1. Inspect the Thermostat
First, ensure your thermostat is signaling your heater to ignite.
- Change the batteries if the display is not displaying anything. If the digital monitor is mixed up, the thermostat may need to be changed.
- Ensure the switch is switched to “heat” instead of “off” or “cool.”
- Ensure the program is set to the correct day and time and is scheduled to “run.” If you’re having problems getting out of the setting, set the temperature with the up/down arrows and pressing the “hold” button. This will force the heater to ignite if thermostat programming is causing a problem.
- Turn the temperature setting to 5 degrees hotter than what the room temperature currently is.
If your furnace hasn’t kicked on within a few minutes, make certain that it has electricity by toggling the fan switch from “auto” to “on.” If the fan doesn’t operate, your furnace might not have power.
If you utilize a smart thermostat—such as one made by Nest, Ecobee, Lux, Honeywell or Bosch—troubleshooting will be determined by the model you have. Refer to the manufacturer’s website for support. If you aren’t able to get your Wi-Fi thermostat to operate, reachl us at 573-203-3908 for heating and cooling service.
2. Check Breakers and Switches
Next, you ought to confirm your breaker and furnace switch are on.
- Find your house’s main electrical panel. If you don’t know where it is, look for a gray metal box in your basement, garage or closet.
- Ensure your hands and feet are dry prior to opening the panel or breakers.
- Find the breaker labeled “furnace” or “heat,” and ensure it’s switched “on.” If you find that the breaker tripped, it will be in the middle or “off” position.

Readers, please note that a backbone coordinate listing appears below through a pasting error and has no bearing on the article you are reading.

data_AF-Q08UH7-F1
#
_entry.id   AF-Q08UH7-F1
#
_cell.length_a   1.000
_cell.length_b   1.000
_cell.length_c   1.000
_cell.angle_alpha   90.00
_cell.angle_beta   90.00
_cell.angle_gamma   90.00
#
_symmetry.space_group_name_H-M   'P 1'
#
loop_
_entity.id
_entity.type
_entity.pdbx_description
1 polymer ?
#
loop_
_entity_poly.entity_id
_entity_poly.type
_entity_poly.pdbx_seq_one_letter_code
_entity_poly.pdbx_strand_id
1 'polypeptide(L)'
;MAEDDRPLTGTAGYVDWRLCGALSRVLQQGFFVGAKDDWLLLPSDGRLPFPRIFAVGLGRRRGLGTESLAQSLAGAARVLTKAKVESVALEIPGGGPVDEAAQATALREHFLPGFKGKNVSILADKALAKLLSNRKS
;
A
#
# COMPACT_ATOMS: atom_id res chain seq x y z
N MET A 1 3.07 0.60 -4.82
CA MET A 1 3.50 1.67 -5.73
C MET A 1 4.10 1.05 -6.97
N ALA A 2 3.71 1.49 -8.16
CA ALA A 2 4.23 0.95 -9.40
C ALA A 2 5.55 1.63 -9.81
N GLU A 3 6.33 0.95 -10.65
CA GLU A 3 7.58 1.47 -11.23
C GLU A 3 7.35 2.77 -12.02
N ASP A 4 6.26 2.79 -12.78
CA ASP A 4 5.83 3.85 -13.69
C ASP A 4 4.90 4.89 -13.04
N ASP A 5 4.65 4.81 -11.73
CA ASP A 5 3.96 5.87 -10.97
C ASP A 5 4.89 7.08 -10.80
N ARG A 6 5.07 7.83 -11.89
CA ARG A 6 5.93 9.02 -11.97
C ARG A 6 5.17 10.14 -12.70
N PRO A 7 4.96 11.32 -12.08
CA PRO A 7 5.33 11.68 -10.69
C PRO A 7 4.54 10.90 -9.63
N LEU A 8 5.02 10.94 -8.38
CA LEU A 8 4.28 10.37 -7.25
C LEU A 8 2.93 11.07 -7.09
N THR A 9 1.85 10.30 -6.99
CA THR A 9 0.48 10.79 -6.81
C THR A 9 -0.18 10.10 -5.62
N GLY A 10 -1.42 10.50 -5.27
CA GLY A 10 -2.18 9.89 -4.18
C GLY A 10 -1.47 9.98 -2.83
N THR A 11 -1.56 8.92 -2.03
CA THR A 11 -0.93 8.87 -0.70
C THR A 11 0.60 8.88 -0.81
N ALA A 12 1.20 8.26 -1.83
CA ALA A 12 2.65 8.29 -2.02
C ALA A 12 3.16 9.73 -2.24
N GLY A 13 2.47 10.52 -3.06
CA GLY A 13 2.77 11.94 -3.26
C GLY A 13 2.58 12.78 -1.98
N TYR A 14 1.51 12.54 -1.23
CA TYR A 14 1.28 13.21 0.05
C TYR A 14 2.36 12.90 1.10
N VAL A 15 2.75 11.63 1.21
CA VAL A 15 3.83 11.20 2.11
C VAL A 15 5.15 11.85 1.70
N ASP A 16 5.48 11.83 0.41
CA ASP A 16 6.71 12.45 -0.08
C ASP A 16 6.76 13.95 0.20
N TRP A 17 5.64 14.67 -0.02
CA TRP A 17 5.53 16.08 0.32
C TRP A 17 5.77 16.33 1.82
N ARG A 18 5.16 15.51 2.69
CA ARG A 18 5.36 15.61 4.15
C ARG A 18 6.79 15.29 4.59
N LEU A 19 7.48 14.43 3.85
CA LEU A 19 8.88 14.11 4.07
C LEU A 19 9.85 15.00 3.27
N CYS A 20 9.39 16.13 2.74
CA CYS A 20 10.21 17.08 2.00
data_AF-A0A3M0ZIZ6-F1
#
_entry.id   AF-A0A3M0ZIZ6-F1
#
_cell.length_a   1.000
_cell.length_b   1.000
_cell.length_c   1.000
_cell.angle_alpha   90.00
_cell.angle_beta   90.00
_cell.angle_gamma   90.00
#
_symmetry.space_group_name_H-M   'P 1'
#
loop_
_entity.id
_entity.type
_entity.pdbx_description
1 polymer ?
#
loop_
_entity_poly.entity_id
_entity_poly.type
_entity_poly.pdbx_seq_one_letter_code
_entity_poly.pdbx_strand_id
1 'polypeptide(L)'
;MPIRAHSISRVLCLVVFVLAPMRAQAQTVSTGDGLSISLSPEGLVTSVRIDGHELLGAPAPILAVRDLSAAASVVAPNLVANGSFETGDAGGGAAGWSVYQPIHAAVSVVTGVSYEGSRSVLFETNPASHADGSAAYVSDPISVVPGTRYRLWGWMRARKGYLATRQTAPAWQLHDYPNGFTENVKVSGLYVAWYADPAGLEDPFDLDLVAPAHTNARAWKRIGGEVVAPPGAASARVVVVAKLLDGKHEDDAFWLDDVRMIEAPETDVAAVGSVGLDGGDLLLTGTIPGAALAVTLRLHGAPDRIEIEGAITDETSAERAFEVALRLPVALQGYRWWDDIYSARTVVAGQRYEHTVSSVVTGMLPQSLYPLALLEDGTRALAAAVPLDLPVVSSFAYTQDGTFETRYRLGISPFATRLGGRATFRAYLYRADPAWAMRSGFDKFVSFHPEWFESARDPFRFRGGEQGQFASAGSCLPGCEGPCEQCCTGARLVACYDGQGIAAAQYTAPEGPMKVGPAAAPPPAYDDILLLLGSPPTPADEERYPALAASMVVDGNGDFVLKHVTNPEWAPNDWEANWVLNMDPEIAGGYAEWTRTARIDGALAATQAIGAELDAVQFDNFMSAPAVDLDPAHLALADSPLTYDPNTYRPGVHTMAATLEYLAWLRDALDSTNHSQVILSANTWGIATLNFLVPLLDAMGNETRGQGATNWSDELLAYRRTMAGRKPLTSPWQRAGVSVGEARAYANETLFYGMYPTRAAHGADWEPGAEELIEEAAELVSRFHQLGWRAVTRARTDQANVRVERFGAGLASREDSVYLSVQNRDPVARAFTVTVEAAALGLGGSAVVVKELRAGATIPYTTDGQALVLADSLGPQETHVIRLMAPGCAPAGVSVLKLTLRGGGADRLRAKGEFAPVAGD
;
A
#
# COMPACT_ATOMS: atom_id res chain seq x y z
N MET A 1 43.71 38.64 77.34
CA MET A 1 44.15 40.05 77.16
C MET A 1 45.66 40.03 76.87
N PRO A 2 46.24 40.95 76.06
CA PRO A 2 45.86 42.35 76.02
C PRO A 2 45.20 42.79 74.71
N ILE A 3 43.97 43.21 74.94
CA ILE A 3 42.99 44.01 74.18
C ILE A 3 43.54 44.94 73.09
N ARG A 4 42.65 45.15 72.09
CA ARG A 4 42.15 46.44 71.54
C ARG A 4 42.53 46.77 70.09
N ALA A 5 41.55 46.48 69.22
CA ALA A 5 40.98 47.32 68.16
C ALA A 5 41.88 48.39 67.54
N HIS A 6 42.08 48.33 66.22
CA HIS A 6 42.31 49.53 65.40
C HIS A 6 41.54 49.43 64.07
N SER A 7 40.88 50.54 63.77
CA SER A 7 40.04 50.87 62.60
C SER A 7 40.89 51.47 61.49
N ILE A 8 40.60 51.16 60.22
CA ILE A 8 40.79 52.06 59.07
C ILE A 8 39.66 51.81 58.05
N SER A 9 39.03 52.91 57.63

- Moving one hand, steadily switch the breaker to the “on” location. If the breaker instantly trips and pops back to “off,” don’t try to reset it and contact an expert from Stieferman Heating Company Inc at 573-203-3908 immediately.
It doesn’t matter how old your furnace is or what brand it is, it has at least one standard wall switch installed on or close to it.
- Make certain the switch is facing up in the “on” position. If it was turned off, expect your furnace to take up to five minutes to ignite. (If you don’t know where to locate your furnace, check your basement, garage or utility closet. It can also be in a crawl space or attic.)
3. Get a New Air Filter
When it comes to heating problems, a dirty, clogged air filter is regularly the top culprit.
If your filter is too dirty:
- Your heating system won’t be able to stay on, or it may get too hot from restricted airflow.
- Your energy expenses may increase because your heat is working more often.
- Your heater could fail prematurely since a dirty filter forces it to work harder.
- Your heating system can lose power if an overly dirty filter results in a tripped breaker.
While it depends on what model of furnace you own, your air filter will be inside the blower compartment of your furnace, an attached filter case or wall-mounted return air grille.
To put in a new filter:
- Turn off your heating system.
- Remove the filter and angle it toward the light. If you can’t see light through it, get a new one.
- Insert the new filter with the arrow pointing toward the heater to keep damage from happening.
Flat filters ought to be replaced once a month, while pleated filters should last around three months. You may also get a washable filter that will work for about 10 years. If you have children or pets, you could have to change your filter more frequently.